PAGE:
Maddale: The Perfect Percussion Back-Up Singer

Karnatak and traditional South Indian music have a heavy emphasis on the beat.

With a great selection of drums all coming from the mridangam family of percussion instruments, there are a lot of options to choose from.

Maddales are double-sided drums that are similar to other popular drums in the region like the pakhavaj. But this one is special because players can hit the right tone regardless of where they hit on the surface.

Who Plays Maddale Drums?

Maddales are the primary percussion instrument in Yakshagana ensembles. Yakshagana ensembles play music in a form of traditional theatre from India’s Kannada districts. The musical ensemble in Yakshagana performances are called the himmela, and they play as the mummela dance or talk. Himmelas include the lead singer, or bhagawata, and people playing various instruments including the maddale, a pipe called the pungi, and the harmonium. Some groups also play chande, or loud South Indian drums.

What Do Maddale Drums Look Like?

Maddales are double-sided drums that look like barrels. Made from jackfruit wood like a lot of their cousin percussion instruments, maddales also have drum heads made from goatskin and are covered in leather straps that can adjust and tune the maddale. Each drum head is shaped slightly differently so one produces a deeper sound than the other. The left-hand side produces the deeper sound, and the right-hand side includes a circular disk — called a karne — that produces harmonic sounds when the drum head is tapped.

What Makes Them Different from Mridangam?

If you’ve been researching different types of drums from South India, a maddale might sound a lot like a mridangam. The difference is the tonality: maddales can produce more complex sounds. The karne harmonic disc also makes the maddale sound very different from the mridangam. Maddales are also specifically tuned to align with the bhagawata’s, or the Yakshagana singer’s voice before every performance.

Ghatam: Ancient Drum with a Renewed Future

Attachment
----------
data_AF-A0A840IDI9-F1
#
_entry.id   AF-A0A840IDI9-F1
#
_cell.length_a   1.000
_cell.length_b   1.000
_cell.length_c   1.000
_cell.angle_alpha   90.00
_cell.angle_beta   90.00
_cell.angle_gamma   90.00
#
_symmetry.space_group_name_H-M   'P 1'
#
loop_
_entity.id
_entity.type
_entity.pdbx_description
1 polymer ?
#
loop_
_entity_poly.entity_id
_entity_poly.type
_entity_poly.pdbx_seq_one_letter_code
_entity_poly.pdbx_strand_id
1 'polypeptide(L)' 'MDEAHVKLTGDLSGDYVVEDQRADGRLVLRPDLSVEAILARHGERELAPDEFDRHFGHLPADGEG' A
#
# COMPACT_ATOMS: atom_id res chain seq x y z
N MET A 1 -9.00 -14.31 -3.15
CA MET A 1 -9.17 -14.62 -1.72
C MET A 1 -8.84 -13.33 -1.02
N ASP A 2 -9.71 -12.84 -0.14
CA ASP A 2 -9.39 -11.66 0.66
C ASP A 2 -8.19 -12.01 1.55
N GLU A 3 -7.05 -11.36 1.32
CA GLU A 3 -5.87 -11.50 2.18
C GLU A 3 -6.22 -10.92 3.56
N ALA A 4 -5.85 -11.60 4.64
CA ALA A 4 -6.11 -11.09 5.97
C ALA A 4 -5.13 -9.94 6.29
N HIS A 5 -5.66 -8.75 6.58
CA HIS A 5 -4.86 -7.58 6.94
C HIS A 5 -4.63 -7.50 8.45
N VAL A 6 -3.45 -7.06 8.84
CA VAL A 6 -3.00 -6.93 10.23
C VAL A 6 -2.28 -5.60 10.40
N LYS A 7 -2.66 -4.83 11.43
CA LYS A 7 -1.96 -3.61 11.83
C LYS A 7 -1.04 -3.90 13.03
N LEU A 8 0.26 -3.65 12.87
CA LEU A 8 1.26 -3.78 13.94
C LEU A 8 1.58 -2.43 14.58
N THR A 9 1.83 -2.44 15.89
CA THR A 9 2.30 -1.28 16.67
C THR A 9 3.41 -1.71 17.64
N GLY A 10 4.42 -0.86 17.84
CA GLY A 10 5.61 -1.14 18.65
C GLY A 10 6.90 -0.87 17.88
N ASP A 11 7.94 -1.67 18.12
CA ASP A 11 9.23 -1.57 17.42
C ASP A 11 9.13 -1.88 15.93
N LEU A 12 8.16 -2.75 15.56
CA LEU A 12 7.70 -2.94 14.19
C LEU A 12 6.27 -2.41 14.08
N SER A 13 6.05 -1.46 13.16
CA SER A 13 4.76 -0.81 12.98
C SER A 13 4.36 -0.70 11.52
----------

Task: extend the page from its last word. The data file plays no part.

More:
The ghatam is an ancient percussion instrument consisting of a clay pot reinforced with brass, copper and iron fillings.

Some players are so dedicated to ensuring a pure sound from the ghatam that they play with their shirts off in order to avoid dampening the sound.

Different from Other Drums

The ghatam is unique compared to other drums as it doesn’t have any type of membrane placed over the mouth of the drum. Instead, the ghatam players place the drum against their stomach. The surface of the drum is tapped, and the pitch and resonance are changed by applying different amounts of pressure against the stomach.

The drum produces a metallic sound and the pitch of the drum will vary depending on its size.

Preserving History

Ghatams are incredibly ancient with a long history in the Carnatic music tradition. The drums are predominantly made in three locations in South India: Devanahalli, Chennai, and Manamadurai. The Manamadurai ghatam drums are believed to be sturdier and to have a unique metallic sound.

There is only one family in Manamadurai that has been making the ghatam for the last century. U.V.K. Ramesh gave up a job in Singapore in 2000 to return to Manamadurai to continue the family tradition of ghatam-making. Ramesh, along with his mother, are the only two master ghatam makers in the region. Ramesh’s mother, Meenakshi, was awarded the Central Sangeet Natak Akademi award in 2014 for her ghatam-making skill before passing away in 2017.

The art of ghatam-making is likely waning because it isn’t a highly profitable business. The family supports itself by making other clay products that are sold at a local market. To help the family’s continued commitment to the ghatam, a member of the India Foundation for the Arts started an online funding campaign. These additional funds have allowed them to experiment with using an electric kiln while creating the ghatam.

The global campaign raised almost $8,000 thanks to a number of prominent musicians and artists sharing the cause. The global support allowed the family to manufacture a modernized, custom kiln. This outpouring of support will allow the ghatam to be modernized for the future while preserving its legacy of the past.